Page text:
Ikeda, Tomoka Okayama University Graduate School of Medicine, Dentistry and Pharmaceutical Sciences
Sakamoto, Misa Okayama University Graduate School of Health Sciences
Tachibana, Tomoyasu Department of Otolaryngology, Japanese Red Cross Society Himeji Hospital
Nishikori, Asami Okayama University Graduate School of Health Sciences
Nishimura, Midori Filiz Okayama University Graduate School of Medicine, Dentistry and Pharmaceutical Sciences
Yoshino, Tadashi Okayama University Graduate School of Medicine, Dentistry and Pharmaceutical Sciences Kaken ID publons researchmap
Epstein–Barr virus (EBV)-positive mucocutaneous ulcer (EBVMCU) is a unifocal mucosal or cutaneous ulcer that is histologically characterized by proliferating EBV-positive atypical B cells. While EBVMCU demonstrates a histology similar to that of EBV-positive diffuse large B-cell lymphoma (DLBCL), their clinical behavior differs. Thus, characterizing distinguishing features of EBVMCU and EBV-positive DLBCL is critical. To identify unique characteristics between EBVMCU and lymphoma, we analyzed the clinicopathological and genetic features of 34 Japanese patients with EBVMCU and compared them to those of 24 EBV-positive DLBCL patients and 25 EBV-negative DLBCL patients. All patients with EBVMCU had localized ulcerative lesions, and 31 patients (91%) were using immunosuppressants, such as methotrexate (MTX) or hydroxycarbamide. All patients that were followed up with exhibited good prognosis following immunosuppressant reduction or chemotherapy. In addition, 17 EBV-positive DLBCL patients, and 15 EBV-negative DLBCL patients, received chemotherapy (P < 0.001, P < 0.001, respectively). Our data showed that EBVMCU did not increase indicators associated with lymphoma prognosis, such as soluble interleukin 2 receptor (sIL-2R) and lactate dehydrogenase (LDH) compared to those in the EBV-positive DLBCL or EBV-negative DLBCL groups (sIL-2R, P < 0.001, P = 0.025; LDH, P = 0.018, P = 0.038, respectively). However, histologically, EBVMCU exhibited EBV-positive, variable-sized, atypical B-cell proliferation. Thus, EBVMCU was histologically classified as: (1) polymorphous; (2) large cell-rich; (3) classic Hodgkin lymphoma-like; and (4) mucosa-associated lymphoid tissue lymphoma-like. Moreover, genetic analysis showed that immunoglobin heavy chain (IGH) gene rearrangement did not differ significantly between EBVMCU and EBV-positive DLBCL (44% vs. 32%; P = 0.377), or between EBVMCU and EBV-negative DLBCL (44% vs. 58%; P = 0.280). Therefore, it is difficult to distinguish EBVMCU from EBV-positive DLBCL using only pathological and genetic findings, suggesting that clinical information is important in accurately distinguishing between EBVMCU and EBV-positive DLBCL.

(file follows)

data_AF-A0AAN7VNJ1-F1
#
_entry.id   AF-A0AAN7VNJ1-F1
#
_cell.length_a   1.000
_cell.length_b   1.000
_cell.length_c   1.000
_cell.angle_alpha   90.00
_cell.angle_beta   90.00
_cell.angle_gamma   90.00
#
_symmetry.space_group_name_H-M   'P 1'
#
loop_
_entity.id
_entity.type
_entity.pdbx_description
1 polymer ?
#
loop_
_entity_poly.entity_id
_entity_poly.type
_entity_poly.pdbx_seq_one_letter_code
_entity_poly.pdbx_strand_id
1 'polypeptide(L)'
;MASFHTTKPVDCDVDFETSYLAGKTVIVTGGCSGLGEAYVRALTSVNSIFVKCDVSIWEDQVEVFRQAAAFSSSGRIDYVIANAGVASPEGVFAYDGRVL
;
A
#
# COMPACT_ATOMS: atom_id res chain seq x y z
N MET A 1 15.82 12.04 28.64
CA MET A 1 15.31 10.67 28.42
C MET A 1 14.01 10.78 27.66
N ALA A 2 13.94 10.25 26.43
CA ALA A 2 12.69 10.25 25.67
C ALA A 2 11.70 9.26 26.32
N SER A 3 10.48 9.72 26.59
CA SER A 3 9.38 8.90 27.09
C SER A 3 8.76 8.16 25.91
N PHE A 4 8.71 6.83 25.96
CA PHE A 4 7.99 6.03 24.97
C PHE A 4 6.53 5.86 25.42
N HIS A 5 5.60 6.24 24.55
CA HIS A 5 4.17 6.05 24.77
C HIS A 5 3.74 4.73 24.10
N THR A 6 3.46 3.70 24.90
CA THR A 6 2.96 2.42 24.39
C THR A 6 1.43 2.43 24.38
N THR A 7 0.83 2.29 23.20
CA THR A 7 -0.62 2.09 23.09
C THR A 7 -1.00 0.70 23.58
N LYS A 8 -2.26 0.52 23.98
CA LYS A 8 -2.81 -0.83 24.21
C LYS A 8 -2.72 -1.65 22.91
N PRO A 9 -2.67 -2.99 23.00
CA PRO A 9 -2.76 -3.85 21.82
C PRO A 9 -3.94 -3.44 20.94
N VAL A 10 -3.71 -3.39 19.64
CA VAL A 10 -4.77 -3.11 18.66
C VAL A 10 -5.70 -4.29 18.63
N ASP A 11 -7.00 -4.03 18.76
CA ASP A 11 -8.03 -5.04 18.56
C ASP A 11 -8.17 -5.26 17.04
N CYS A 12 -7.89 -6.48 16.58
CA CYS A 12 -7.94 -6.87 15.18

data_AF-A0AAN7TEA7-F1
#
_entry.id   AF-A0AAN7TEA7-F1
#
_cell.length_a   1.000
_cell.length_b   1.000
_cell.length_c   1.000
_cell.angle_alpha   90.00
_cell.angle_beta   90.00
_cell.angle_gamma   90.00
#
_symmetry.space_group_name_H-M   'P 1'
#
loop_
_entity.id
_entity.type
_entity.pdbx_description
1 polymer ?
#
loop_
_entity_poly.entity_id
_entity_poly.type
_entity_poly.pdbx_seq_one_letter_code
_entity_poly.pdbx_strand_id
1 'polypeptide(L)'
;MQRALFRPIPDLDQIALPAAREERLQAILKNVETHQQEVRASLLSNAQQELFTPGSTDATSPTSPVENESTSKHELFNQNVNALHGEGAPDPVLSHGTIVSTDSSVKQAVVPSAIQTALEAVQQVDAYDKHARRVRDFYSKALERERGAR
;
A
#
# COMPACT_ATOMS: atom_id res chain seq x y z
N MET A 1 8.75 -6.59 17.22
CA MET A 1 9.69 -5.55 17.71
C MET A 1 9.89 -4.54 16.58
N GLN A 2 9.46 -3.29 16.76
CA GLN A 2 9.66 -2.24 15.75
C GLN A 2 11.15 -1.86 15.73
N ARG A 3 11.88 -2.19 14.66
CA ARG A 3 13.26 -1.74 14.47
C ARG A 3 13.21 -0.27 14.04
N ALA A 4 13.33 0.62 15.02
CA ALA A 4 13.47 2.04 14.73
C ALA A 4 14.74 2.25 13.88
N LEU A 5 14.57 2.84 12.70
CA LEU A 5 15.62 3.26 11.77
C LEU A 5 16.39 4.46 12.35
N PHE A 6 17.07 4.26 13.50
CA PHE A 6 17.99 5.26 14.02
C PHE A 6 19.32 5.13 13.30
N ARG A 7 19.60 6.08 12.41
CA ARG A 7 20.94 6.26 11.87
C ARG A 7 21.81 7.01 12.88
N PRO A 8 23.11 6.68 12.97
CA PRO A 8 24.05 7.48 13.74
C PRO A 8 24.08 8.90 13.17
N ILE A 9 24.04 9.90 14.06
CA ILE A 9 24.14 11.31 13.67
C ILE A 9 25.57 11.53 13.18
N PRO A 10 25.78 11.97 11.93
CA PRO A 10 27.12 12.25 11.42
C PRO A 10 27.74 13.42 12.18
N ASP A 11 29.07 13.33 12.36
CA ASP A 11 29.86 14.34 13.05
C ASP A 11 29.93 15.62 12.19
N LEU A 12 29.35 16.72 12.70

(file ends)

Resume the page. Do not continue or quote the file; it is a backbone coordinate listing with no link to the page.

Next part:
This fulltext is available in Dec. 2020.
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